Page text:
A great place for the Red Sox to beat LA is in LA
I have framed copies of all Globe front pages from Boston sports championships won in this century. The datelines under those happy headlines are NEW ORLEANS, HOUSTON, ST. LOUIS, JACKSONVILLE, DENVER, VANCOUVER, GLENDALE, and HOUSTON (again). Two of the 10 titles were won in Boston and required no dateline.
Now, with plenty of wall space available, I am ready to add: LOS ANGELES.
The Red Sox play Games 3 and 4 of the 2018 World Series at Dodger Stadium Friday and Saturday. Game 5, if necessary, would be played Sunday night at Chavez Ravine. This means the historic, 117-win Red Sox have a chance to win Boston’s first championship in Los Angeles since Bill Russell and Sam Jones beat the Wilt Chamberlain/Elgin Baylor/Jerry West Lakers at the Los Angeles Forum 49 years ago.
That was the night Lakers owner Jack Kent Cookie hung nets filled with balloons from the ceiling of the Forum. It was trolling before we even knew there was trolling, and it fired up Russell, Jones, and especially Red Auerbach. When the Celtics won their 11th title in 13 years, Arnold was the first to scream, “What are they gonna do with all those goddamn balloons?’’
How’s that for “Beat LA”?
Most of the Boston-vs.-LA championship competitions have involved the Celtics and Lakers. The Patriots won a conference semifinal against the vaunted Los Angeles Raiders in the Coliseum en route to New England’s first Super Bowl appearance in January of 1986. That was the day Patriots general manager Patrick Sullivan got into a postgame dustup with the Raiders’ Howie Long and Matt Millen, moments before the late Billy Sullivan tried to insult the late, great Will McDonough on national TV.
Ah, good times for Boston in the City of Angels.
The Celtics have played the Los Angeles Lakers in 11 NBA Finals (another matchup was played when the Lakers were in Minneapolis). The Celtics won their first Los Angeles-based championship in 1963 on the final night of Bob Cousy’s Celtic career. The Cooz scored 18 in his final game and heaved the basketball toward the rafters of the LA Sports Arena as the buzzer sounded and Boston won its fifth straight crown.
In ’68 and ’69, the Celtics clinched again in Los Angeles, most famously in the balloon game. Russell announced his retirement a few weeks later, and Auerbach wore the 1969 championship ring until his dying day.
The Celtics and Lakers renewed hostilities in the 1980s, playing in three Finals between 1984-1987, with LA winning twice. The 1984 showdown won by Larry Bird’s Celtics featured Kevin McHale’s takedown of Kurt Rambis, Larry calling his teammates “sissies,” Cedric Maxwell giving James Worthy the choke sign as Worthy prepared to take a free throw (Worthy missed), and M.L. Carr nicknaming LA’s superstar “Tragic Johnson.’’
A year later, the first year of the 2-3-2 NBA Finals format, I struck up a conversation with Bird at the bar at the airport Marriott the afternoon before Game 3 at the Forum.
Larry: “Man, we’re going to be out here for a whole week to play these three games. Dinah [Bird’s wife] doesn’t usually make road trips, but we’re here all this time and I’ve been able to save up some of them frequent-flyer miles, so I think she’s gonna be able to come out.’’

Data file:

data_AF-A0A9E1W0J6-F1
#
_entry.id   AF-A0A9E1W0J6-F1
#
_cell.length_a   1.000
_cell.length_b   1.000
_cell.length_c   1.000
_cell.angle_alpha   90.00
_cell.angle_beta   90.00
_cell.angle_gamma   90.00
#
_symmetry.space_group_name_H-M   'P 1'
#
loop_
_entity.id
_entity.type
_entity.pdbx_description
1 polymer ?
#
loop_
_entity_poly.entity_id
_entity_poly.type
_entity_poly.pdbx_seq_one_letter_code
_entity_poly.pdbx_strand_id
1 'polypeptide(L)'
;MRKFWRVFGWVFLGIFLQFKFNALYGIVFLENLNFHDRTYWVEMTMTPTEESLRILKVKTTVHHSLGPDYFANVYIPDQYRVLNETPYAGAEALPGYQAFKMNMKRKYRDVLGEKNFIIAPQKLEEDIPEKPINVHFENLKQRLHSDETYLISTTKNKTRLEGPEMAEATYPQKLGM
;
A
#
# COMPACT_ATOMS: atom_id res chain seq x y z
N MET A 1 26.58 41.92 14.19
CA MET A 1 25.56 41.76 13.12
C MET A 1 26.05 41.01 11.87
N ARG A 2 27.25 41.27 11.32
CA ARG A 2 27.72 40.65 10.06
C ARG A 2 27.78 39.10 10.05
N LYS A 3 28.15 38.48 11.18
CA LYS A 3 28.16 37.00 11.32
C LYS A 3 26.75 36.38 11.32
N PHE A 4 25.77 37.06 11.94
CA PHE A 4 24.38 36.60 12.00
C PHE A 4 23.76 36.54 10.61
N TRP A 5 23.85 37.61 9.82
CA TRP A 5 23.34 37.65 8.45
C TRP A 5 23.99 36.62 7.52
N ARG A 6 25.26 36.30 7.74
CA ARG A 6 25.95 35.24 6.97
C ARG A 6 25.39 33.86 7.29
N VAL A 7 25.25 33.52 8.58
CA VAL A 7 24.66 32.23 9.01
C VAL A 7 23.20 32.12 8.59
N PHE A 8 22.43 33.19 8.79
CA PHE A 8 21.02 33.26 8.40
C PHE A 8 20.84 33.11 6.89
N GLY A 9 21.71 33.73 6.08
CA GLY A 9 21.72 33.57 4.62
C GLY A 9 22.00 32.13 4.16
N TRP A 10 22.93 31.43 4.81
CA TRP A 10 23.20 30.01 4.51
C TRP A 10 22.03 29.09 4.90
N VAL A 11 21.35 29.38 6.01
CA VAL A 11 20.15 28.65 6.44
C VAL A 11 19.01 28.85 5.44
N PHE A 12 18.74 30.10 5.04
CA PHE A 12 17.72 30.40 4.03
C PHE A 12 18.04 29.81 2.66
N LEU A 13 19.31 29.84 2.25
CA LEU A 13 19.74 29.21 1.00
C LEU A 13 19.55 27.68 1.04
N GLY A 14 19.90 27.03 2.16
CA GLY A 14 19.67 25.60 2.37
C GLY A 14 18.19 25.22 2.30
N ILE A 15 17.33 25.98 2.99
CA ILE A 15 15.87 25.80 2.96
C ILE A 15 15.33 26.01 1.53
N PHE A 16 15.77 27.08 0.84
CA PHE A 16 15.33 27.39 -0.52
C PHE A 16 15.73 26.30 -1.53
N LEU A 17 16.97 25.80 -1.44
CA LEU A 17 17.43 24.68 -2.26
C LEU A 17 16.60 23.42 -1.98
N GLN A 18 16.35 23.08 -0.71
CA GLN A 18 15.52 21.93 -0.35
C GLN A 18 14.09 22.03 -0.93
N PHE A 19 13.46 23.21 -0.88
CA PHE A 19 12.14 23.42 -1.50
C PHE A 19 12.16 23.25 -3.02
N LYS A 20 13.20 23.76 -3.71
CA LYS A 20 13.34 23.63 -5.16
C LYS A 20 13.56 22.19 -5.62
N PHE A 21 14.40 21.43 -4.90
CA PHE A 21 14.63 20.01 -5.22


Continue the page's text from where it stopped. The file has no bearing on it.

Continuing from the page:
Me: “Thank God for the miles, Larry. Guess she’d be riding Amtrak if you didn’t have the free flight.’’
Like I said: Good times in Los Angeles.
The Celtics and Lakers played in the NBA Finals twice in this century, each winning once. The Celtics clinched in six in Boston in 2008, but lost their chance to win another title in LA in 2010 when they blew a fourth-quarter lead in Game 7 at Staples Center. The Celtics had to play without the injured Kendrick Perkins, and Rasheed Wallace ran out of gas because he was out of shape.
Now we’re on to baseball, and your 118-year-old Red Sox have a chance to win the World Series this weekend in Los Angeles.
Dodger Stadium is the third-oldest park in the majors (opened in 1962), trailing only Fenway Park and Wrigley Field in longevity. Like Fenway, it still has a few wood seats with cast iron standards. It has the original corrugated fan-shaped roof beyond the warning track. It has a plaque commemorating the 2008 exhibition game at LA Memorial Coliseum between the Red Sox and Dodgers that drew a crowd of 115,000, the largest crowd in baseball history. It has photographs of Don Zimmer, Bill Buckner, Reggie Smith, Pedro Martinez, Nomar Garciaparra, Manny Ramirez, and Adrian Gonzalez, all of whom did time at Fenway.
In the left-field reserve plaza, there’s an 800-pound bronze statue of rookie Jackie Robinson stealing home. A few months after the statue was dedicated, team officials removed the bronze home plate and replaced it with a stone home plate. It was a safety issue. Evidently, there were complaints that fans were burning their butts while sitting on the sun-heated metal dish for photo ops.
The 2018 World Series is far from over, but do not assume the Red Sox are going to have a chance to win it at Fenway next week. If you want to see them win their fourth championship of this century, you’d better fly to LAX and follow directions to Vin Scully Way. It’s only 2,588 miles from Yawkey Way, er, Jersey Street.